U.S., D.C. Officials Call for Probe into Google's Inadvertent Privacy Breach

Lora Bentley
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Six Privacy Principles Google Forgot

 

Google's in hot water with European privacy regulators after its Street View camera cars inadvertently intercepted private data from home Wi-Fi networks, and privacy advocates in the United States have been calling for similar investigations here.

 

Now it seems the requests are coming directly from lawmakers, at national and local levels. The Washington Post reports that U.S. Reps. Edward Markey, D-Mass., and Joe Barton, R-Texas, have also asked the Federal Trade Commission to investigate what happened - more specifically, what data was intercepted, whether and by whom it was accessed, and how the so-called "breach" may affect the individuals.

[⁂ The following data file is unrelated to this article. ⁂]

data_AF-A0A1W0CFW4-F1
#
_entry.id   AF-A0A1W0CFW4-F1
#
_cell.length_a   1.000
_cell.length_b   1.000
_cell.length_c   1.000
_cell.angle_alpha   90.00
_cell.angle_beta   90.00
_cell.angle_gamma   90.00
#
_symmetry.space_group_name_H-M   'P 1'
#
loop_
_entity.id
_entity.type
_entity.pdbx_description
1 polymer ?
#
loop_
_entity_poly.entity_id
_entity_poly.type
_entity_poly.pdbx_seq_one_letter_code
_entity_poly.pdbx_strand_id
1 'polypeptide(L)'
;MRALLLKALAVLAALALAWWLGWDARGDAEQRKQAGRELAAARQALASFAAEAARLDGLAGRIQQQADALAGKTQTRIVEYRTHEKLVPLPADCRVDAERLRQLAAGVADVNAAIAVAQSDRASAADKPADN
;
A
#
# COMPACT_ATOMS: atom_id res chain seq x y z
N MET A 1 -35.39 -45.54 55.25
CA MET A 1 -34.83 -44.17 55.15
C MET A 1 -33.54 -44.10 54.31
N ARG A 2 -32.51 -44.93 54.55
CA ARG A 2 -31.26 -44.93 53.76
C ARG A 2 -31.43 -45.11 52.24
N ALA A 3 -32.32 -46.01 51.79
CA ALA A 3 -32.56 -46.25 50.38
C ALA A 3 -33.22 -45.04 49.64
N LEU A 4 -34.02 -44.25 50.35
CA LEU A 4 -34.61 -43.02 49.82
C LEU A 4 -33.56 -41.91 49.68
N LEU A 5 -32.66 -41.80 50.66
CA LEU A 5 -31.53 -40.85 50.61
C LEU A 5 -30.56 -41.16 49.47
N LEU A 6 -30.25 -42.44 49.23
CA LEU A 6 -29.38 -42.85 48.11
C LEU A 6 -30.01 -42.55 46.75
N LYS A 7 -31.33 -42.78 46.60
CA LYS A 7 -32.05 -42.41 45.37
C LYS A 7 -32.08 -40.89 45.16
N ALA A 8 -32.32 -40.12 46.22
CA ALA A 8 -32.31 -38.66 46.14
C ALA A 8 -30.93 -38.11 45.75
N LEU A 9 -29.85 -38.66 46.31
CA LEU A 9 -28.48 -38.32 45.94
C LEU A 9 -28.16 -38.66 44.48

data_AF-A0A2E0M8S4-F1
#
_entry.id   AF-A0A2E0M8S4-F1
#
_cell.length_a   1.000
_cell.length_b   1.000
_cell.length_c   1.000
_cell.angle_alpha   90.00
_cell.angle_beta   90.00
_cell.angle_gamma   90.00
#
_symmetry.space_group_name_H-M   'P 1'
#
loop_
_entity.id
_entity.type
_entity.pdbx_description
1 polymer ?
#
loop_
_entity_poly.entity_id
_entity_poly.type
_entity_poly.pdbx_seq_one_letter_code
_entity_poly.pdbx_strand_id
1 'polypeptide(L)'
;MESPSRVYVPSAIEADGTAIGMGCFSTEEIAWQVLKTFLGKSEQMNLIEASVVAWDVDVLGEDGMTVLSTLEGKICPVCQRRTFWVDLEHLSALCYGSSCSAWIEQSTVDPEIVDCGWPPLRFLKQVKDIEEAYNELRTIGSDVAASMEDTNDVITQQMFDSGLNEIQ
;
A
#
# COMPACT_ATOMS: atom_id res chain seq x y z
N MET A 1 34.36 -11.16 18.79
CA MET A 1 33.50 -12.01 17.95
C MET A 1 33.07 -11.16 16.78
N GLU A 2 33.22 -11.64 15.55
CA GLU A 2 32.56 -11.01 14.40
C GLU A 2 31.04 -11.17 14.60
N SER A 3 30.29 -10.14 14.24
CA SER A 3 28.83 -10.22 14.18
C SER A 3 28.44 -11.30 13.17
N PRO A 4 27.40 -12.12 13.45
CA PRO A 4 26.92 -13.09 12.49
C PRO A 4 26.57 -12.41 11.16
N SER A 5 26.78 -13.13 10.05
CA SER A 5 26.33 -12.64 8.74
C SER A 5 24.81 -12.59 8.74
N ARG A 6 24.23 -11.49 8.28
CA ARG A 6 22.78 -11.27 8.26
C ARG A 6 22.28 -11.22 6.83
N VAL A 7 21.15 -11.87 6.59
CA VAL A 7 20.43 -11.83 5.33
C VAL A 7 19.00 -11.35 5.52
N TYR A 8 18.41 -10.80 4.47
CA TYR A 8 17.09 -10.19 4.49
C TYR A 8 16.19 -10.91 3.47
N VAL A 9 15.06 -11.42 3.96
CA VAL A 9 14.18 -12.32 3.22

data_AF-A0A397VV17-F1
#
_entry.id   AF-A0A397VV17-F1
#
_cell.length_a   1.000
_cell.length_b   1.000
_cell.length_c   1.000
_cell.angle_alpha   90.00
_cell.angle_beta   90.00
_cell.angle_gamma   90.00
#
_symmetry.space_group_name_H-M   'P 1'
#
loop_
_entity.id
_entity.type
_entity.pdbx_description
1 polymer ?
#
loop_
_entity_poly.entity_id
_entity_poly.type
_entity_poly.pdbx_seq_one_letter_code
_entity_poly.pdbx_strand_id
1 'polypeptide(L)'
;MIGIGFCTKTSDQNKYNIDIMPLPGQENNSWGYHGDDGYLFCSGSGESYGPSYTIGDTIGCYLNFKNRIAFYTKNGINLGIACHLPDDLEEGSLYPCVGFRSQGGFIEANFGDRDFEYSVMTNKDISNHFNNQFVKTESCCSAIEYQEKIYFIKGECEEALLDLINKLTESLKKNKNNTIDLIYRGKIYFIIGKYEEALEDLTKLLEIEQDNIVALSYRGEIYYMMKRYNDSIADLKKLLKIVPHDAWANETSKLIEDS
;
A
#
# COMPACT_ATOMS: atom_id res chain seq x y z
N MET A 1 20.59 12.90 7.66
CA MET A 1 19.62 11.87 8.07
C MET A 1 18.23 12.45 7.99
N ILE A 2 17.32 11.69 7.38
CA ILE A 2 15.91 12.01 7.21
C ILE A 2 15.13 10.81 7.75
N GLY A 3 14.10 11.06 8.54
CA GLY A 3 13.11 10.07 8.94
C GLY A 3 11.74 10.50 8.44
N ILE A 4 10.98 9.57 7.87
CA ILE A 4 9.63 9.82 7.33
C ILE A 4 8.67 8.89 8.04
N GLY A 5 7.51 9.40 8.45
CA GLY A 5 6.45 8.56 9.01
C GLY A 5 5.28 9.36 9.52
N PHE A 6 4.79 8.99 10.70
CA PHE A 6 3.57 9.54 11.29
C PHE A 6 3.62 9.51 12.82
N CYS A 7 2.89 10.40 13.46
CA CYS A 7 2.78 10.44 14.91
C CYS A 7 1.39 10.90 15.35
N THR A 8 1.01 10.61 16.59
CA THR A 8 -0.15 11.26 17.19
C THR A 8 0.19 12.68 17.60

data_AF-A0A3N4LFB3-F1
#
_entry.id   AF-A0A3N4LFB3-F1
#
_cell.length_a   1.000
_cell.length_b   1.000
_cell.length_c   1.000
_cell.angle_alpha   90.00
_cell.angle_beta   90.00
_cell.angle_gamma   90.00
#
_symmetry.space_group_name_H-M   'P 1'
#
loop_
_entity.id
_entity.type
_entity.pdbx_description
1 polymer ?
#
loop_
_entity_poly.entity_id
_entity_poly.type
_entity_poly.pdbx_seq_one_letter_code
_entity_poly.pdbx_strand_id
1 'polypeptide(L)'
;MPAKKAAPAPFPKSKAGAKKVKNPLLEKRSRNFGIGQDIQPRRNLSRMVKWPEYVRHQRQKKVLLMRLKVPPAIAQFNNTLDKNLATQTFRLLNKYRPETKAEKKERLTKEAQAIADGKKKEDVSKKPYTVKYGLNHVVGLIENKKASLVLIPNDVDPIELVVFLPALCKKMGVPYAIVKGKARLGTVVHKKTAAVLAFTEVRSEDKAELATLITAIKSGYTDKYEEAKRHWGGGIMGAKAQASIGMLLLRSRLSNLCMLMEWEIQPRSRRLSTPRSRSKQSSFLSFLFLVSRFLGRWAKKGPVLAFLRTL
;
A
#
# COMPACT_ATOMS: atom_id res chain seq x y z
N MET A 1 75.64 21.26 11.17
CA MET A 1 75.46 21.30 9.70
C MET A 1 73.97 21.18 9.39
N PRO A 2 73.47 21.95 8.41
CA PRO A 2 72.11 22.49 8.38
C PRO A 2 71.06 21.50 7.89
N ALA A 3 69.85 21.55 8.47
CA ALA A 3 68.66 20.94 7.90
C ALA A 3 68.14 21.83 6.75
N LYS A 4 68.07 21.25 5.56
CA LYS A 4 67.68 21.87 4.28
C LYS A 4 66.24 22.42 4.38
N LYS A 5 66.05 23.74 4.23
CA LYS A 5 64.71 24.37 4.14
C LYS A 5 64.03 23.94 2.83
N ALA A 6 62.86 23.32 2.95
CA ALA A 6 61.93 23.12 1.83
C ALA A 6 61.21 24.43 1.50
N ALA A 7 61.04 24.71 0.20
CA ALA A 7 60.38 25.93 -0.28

Also according to the Post, District of Columbia council member Jim Graham added his voice to the chorus Thursday, asking D.C. officials to look into the matter for possible violations of local privacy laws.

 


Google co-founder Sergey Brin reiterated Eric Schmidt's comment that the data collection was a mistake. Brin stopped short, however, of claiming "no harm, no foul" as Schmidt did. Brin said:

We do have a lot of internal controls in place but obviously they didn't prevent this error from occurring. We are putting more internal controls in place and bringing in third parties to work on this issue, as well. We are doing everything we can to preserve [user] trust.


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